After being pollarded, the tree may look like a barren stick, but after a few weeks, vigorous, leafy growth will begin to develop from dormant buds around the cut-wounds and under the bark near the trunk of the tree. During the first few months, all the energy the tree was saving to produce foliage will be diverted to developing new growth. Tender young saplings will explode from the tree and grow four to six feet in height. By the end of the summer, the ball-like canopy will be clearly visible.
Once a tree has been pollarded, it can be left to recover, but it should be pruned regularly. Lake recommends pollarding the tree every two to three years to maintain the results of the initial pruning. This will encourage new growth and help keep the tree's shape and height.
|Before pollarding||After pollarding|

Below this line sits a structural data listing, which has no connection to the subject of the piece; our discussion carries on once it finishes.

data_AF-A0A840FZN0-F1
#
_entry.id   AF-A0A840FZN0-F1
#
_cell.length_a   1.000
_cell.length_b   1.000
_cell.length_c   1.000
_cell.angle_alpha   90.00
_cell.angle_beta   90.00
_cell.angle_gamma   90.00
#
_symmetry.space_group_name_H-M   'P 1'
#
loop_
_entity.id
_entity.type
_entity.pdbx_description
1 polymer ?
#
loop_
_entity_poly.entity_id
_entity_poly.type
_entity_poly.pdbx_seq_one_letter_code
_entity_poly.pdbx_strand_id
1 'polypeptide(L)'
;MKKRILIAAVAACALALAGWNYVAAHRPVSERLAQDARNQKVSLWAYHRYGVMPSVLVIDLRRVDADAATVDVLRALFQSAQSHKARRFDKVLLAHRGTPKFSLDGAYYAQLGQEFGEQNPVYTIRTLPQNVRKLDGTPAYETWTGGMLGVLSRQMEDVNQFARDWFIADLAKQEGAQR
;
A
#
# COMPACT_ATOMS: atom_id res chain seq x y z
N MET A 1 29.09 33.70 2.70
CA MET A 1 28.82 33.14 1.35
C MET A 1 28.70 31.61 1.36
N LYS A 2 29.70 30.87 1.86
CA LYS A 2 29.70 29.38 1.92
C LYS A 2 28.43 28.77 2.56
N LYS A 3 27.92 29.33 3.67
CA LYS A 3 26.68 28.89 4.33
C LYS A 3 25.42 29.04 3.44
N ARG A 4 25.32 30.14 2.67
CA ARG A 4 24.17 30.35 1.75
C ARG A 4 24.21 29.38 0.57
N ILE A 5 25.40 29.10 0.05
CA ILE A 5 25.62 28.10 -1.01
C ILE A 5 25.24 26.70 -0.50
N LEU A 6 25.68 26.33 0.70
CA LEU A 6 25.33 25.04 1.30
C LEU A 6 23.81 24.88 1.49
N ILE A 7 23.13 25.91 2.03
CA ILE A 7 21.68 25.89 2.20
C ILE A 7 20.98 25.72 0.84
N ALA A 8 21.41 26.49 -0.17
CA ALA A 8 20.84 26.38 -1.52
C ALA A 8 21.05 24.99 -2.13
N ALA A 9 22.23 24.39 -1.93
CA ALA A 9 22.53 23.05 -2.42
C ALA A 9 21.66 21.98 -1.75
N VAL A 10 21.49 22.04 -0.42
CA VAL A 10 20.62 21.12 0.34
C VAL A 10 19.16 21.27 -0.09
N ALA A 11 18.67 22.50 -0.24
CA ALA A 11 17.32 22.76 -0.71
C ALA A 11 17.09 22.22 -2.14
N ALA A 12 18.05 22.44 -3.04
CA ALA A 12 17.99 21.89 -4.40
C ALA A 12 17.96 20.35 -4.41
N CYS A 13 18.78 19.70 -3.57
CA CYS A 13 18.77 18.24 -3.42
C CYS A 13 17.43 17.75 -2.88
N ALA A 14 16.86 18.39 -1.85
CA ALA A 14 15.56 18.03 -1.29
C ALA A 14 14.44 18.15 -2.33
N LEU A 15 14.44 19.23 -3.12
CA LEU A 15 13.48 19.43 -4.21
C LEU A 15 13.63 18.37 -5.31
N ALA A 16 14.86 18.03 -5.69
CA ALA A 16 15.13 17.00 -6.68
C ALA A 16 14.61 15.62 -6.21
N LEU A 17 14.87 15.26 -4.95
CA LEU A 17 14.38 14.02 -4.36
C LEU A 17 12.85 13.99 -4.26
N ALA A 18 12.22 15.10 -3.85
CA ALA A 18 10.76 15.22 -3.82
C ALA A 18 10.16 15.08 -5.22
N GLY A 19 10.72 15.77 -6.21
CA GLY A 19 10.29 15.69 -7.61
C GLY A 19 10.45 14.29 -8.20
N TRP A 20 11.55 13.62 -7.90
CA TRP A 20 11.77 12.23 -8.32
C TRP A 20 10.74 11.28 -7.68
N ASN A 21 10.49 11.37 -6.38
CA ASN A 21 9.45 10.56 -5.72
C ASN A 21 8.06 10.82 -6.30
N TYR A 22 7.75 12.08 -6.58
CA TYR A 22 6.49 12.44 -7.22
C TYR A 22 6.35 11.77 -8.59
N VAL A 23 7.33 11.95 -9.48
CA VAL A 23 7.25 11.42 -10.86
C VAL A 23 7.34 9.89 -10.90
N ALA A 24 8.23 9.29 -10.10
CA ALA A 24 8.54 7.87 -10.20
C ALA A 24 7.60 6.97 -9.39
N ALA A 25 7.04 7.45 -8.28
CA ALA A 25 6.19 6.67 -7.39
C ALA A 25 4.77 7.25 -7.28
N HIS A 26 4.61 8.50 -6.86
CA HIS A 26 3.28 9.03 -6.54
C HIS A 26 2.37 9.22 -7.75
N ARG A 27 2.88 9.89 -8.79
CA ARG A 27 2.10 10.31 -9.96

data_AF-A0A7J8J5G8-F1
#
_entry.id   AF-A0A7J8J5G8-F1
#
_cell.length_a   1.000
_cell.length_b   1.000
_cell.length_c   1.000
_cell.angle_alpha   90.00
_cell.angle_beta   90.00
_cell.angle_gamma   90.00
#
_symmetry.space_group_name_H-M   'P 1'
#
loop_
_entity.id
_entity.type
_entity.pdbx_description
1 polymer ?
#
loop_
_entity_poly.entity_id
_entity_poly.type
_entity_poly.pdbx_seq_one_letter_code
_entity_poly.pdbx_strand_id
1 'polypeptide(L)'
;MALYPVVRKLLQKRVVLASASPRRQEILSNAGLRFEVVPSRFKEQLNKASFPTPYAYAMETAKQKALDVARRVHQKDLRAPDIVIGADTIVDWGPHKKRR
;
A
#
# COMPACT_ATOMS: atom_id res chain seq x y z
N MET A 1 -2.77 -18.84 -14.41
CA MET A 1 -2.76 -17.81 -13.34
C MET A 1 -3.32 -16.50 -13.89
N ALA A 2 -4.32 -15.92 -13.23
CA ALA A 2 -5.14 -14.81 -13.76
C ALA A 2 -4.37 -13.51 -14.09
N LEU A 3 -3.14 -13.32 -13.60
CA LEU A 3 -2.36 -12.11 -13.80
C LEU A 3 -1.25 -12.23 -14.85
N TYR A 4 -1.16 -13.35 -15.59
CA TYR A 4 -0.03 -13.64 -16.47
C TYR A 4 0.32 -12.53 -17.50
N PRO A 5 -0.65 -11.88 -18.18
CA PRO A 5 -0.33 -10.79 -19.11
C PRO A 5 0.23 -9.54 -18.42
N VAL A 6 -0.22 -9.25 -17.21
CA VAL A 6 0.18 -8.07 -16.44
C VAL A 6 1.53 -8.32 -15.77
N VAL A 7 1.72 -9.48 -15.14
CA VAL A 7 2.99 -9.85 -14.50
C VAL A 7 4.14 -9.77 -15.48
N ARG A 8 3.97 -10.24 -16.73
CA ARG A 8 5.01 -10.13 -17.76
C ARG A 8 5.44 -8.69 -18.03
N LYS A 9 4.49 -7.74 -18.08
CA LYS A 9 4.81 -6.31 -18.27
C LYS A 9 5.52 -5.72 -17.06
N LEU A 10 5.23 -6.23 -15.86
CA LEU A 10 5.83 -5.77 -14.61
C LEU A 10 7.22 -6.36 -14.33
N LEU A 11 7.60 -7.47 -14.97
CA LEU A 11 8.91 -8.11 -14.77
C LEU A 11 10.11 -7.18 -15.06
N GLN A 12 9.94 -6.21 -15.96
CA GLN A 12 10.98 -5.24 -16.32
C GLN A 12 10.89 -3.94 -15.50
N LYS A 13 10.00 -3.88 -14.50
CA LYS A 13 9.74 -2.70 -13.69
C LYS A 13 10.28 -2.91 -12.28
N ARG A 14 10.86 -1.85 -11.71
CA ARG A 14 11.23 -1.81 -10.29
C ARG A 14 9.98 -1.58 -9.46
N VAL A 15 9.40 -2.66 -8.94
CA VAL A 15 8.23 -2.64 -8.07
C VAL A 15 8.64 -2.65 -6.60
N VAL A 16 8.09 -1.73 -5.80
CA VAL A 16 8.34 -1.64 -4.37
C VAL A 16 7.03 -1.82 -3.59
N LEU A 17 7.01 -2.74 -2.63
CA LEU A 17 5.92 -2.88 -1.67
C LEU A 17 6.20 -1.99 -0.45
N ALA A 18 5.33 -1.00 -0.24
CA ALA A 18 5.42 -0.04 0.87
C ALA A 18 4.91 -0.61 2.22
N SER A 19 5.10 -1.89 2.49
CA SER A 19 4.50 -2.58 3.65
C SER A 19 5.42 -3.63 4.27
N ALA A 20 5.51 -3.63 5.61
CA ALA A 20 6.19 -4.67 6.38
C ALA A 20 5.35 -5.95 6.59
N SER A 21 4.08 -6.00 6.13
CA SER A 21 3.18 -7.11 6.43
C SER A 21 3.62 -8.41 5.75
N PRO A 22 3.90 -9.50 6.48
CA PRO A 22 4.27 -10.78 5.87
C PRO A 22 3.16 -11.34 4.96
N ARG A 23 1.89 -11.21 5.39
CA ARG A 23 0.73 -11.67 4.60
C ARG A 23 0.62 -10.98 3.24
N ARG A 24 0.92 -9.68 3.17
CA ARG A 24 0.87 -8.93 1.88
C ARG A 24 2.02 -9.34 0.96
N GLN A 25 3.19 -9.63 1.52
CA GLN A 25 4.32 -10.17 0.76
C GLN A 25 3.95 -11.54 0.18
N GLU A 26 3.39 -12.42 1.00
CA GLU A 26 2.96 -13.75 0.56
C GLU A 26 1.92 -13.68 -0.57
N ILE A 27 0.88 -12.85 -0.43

Trees that will withstand the pollarding technique
Depending on the species, some trees thrive after being pollarded, while others will not survive. According to Lake, willow trees have a 95 per cent success rate after being pollarded, but beech trees should never be pruned using this technique. With the exception of yew trees, there are not many conifers that will tolerate being pollarded.
Trees that will thrive after being pollarded:
• Oak - Quercus spp.
• Catalpa - Catalpa spp.
• Maple - Acer spp.
• Linden - Tilia spp.
• Mulberry - Morus spp.
• Redbud - Cercis canadensis
• London planetree - Platanus x acerifolia
• Tree of Heaven - Ailanthus altissima
• Willow - Salix spp.
• Hornbeam - Carpinus spp.
• Black locust - Robinia pseudoacacia
• Horsechestnut - Aesculus hippocastanum
As certain trees age, their inner branches and trunks can become brittle and thin, making them extremely top heavy without any support to carry their weight. Pollarding the upper branches can help rejuvenate an entire tree, ensuring that it will have a long and healthy life.